Solving the Conundrum of Social (Media) as Your Center

The mere fact of social media is that it’s a network of networks connecting people from all walks of man from every corner of the globe.  Social, by definition, is not central nor is it singular.  It lives and breathes as an amorphous, changing set of content, contributors, and connections.  And, yet, for smart businesses, deploying a social strategy can create a singular view of their consumers.

But, getting to that “center” is the rub, and one that many companies struggle to identify and adopt.

What is a customer central approach?  Simply, it’s the aggregated, correlated, synthesized set of information on who buys your products, what motivates them to buy, and what they want to know about.  The customer center defines who they are, and how to best engage with them, and where they want you to engage.  The customer center is not easily identified and that’s because it comes from a variety of sources – from current data stores, to information gathered on your current ecommerce or customer care systems, to social media.  A customer center is the amalgamation of the outside in with the inside out.  Each source captures different information, and stores it differently.  Most businesses today don’t have a strategy in place to weave a ‘steel thread’ through these systems to create that customer core.  Instead, they are owned by different internal stakeholders (marketing, customer service, accounting) which means they are not leveraged in a holistic strategy.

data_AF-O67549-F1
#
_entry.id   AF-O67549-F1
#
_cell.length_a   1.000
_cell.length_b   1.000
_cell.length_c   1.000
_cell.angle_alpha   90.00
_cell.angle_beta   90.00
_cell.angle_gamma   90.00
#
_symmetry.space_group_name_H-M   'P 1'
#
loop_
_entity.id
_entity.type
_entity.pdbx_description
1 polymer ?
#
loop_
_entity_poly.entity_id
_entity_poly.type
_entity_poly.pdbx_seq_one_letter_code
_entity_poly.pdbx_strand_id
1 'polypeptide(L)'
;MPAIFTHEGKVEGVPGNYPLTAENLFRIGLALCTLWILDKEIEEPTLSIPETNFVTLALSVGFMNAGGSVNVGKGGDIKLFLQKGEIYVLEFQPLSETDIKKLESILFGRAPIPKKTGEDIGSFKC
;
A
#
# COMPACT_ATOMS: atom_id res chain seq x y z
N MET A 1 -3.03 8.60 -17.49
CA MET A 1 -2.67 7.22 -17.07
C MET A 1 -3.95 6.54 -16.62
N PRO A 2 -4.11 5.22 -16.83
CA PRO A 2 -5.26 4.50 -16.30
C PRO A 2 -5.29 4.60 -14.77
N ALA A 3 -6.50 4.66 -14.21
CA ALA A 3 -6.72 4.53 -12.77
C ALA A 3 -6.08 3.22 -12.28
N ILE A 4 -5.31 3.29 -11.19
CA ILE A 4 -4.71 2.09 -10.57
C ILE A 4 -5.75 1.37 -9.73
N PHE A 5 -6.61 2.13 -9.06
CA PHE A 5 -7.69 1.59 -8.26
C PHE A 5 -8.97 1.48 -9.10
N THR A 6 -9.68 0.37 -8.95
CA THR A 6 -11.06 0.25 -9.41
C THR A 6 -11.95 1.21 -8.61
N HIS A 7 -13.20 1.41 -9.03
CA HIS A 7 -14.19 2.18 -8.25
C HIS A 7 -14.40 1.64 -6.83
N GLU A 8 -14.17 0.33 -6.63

And, if you’ve looked closely the customer core isn’t even that.  It’s the epitome of a finely tuned data analytics architecture, tapping into the information where it resides.  In other words, the core doesn’t exist.  But, what does exist is the tagged, aggregated, synthesized, analyzed set of information that informs executives, real time on who they serve and what they need.

And, so, if you wondered who cares?  According to the CapGemini World Insurance Report (WIR) With Generation Y (those who are currently 18-34), social media is core to their expectations for engaging with business.  And, unfortunately, “despite efforts by insurers to meet the increasing demands of their customers, positive customer experience ratings globally dropped 3.7 percentage points from an already low 32.6 percent in 2013 to 28.9 percent in 2014.”

What does a customer central approach do for a company?  For those of us older than Generation Y, we can remember calling in to our phone company or insurance company,  to learn about their products.  They didn’t know who we were (Did my phone company know I just bought a house?  Did my insurance company know I just had a baby?), and could only read us the script of what they had, without any insight to our buying preferences or life changes.  Their customer ‘tunnel vision’ meant that the onus was on the consumer to figure out what the provider was really offering, and if it made sense.  The provider could just pitch their services and hope that I would buy.  With a customer central approach, they could have better insight to the fact that I always shut off my HBO trial period at the end of the 3 months; that I’m always tweeting about the recent Netflix episode; and that while I use a mobile phone to tweet, I don’t have service with them.  The coupling of these three very discreet data points could allow them to pinpoint how to best serve me.  The core comes from not from creating a singular system or data set.  The core comes from knowing me and my behaviors best, and creating a core that is central to me.  Then, maybe I wont cancel my HBO anymore.



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